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Analyst: Fast-food sales won't rise until unemployment falls

Several fast-food chains may have to wait until more young men find jobs before seeing same-store sales rise, according to a restaurant analyst.

Jefferies & Co. restaurant securities analyst Jeff Farmer said in a note to investors this week that an analysis of ten years of quarterly same-store sales trends and unemployment data shows that same-store sales for three chains – Jack in the Box, Sonic and Burger King – are the most highly correlated with the unemployment rate. The chain sales dip as unemployment rises, he said.

Farmer also noted that same-store sales at one company – Domino’s Pizza Inc. – actually appear to improve as the unemployment rate rises. See his research here:

Farmer noted all three restaurant chains that were hit hardest by mounting job losses cater to a young, male demographic, which had an unemployment rate of 18.2 percent in May.

The U.S. Department of Labor announced a May unemployment rate of 9.7 percent last week, with total nonfarm payroll employment up by 431,000. However, much of that increase stemmed from the addition of several hundred thousand temporary U.S. Census workers. Farmer noted that when controlling for those hires, job growth fell 41,000 during the month.

The analyst also said that job losses in 2008 and 2009 were concentrated in a number of sectors, including construction and retail trade. Those two sectors, he said, employ a large number of 18-24 year-old males and Hispanics.

“With both sectors seeing job losses in May 2010, the waiting game continues,” Farmer said in the note. “We believe the Jack in the Box, Sonic and Burger King concepts all need to see sustained job growth from the construction and retail trade sectors in order to see the return of healthy same-store sales growth.”

All three chains have seen same-store sales drop as the recession continues to impact spending and employment trends.

Jack in the Box Inc., for example, reported a same-store sales decline of 8.6 percent for the quarter ended April 11, while Sonic Corp. said its systemwide same-store sales fell 13.2 percent for the three months ended Feb. 28.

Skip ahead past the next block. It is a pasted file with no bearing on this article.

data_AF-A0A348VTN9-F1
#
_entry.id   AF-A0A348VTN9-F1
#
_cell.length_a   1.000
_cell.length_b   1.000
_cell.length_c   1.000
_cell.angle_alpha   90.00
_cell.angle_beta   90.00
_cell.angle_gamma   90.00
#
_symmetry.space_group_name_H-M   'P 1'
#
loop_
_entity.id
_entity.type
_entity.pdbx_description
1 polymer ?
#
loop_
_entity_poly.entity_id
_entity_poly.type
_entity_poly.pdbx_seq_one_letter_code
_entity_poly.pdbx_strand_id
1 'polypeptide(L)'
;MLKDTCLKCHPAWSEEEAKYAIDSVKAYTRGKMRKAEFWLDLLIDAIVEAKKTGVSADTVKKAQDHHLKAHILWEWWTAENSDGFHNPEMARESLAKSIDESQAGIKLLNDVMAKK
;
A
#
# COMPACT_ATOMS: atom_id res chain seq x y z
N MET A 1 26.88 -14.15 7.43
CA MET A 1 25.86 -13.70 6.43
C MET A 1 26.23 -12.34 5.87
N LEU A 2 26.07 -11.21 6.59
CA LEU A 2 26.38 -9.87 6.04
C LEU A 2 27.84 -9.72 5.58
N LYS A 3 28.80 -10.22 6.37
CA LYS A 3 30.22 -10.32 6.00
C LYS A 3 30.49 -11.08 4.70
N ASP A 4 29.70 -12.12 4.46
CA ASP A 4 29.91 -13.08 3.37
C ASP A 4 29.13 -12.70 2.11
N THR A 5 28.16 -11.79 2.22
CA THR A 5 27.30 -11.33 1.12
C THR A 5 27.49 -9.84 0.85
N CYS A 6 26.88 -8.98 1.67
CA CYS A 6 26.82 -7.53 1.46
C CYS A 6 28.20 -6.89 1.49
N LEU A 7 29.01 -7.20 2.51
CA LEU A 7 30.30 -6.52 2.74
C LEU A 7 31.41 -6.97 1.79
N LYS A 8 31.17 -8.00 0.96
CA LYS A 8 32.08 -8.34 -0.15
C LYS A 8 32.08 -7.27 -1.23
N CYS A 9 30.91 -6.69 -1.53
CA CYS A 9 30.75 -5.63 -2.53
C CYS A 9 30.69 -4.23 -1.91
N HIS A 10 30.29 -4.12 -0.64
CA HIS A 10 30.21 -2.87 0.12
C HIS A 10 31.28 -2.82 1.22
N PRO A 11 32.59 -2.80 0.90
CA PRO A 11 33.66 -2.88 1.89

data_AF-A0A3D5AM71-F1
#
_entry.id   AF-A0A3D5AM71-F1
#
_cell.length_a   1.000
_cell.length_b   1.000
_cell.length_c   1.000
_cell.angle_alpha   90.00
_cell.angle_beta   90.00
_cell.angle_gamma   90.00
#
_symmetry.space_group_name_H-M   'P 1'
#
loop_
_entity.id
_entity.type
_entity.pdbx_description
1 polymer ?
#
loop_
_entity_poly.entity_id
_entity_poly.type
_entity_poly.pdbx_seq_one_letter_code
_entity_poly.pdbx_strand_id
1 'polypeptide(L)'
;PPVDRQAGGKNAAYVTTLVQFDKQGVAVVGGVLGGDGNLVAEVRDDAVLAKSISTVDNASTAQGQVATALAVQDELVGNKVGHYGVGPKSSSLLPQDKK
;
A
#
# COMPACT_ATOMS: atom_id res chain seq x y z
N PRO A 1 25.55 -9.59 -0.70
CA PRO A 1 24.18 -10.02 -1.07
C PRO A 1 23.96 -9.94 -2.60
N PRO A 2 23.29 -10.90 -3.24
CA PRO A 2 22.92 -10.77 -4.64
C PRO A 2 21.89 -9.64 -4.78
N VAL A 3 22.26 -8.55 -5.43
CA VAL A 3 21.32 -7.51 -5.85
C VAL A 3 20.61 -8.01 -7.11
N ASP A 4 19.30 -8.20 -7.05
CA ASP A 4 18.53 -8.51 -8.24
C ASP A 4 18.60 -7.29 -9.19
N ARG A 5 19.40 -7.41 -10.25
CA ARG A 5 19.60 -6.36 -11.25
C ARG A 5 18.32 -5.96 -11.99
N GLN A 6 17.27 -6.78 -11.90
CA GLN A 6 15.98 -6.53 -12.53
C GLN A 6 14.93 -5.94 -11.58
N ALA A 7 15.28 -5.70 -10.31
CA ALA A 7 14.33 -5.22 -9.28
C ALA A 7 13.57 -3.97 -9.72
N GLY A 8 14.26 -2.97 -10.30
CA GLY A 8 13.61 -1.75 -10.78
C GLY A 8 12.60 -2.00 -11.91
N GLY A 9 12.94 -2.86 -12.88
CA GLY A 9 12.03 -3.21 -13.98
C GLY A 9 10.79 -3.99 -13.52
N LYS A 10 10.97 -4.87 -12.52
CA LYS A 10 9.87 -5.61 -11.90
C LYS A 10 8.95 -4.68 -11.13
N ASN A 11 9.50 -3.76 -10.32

Jack in the Box spokesperson Brian Luscomb said the company agreed with Farmer’s thesis, saying the company does not expect “significant improvement in underlying fundamentals” until the unemployment rate improves.

“Forty-four percent of our restaurants are located in the ten states with the highest unemployment,” he noted.

Burger King Corp. also has struggled to keep same-store sales growing. For the three months ended March 31, the company reported a worldwide same-store sales decline of 3.7 percent, with same-store sales in the U.S. dropping 6.1 percent.

Farmer said 26 percent of Burger King’s restaurants are located in the states hardest hit by unemployment.

McDonald’s Corp. has been one of the bright spots in the quick-service space. The chain reported Tuesday that its global same-store sales rose 4.8 percent in May, with same-store sales up 3.4 percent in the U.S.

Farmer said McDonald’s U.S. same-store sales have the lowest correlation with the unemployment rate, which is “the result of the concept’s very broad customer base across age, income and regional demographics.”

Burger King and Sonic did not return calls seeking comment.

Lauren Shepherd is a contributor to NRN. Contact editor Sarah Lockyer at [email protected].

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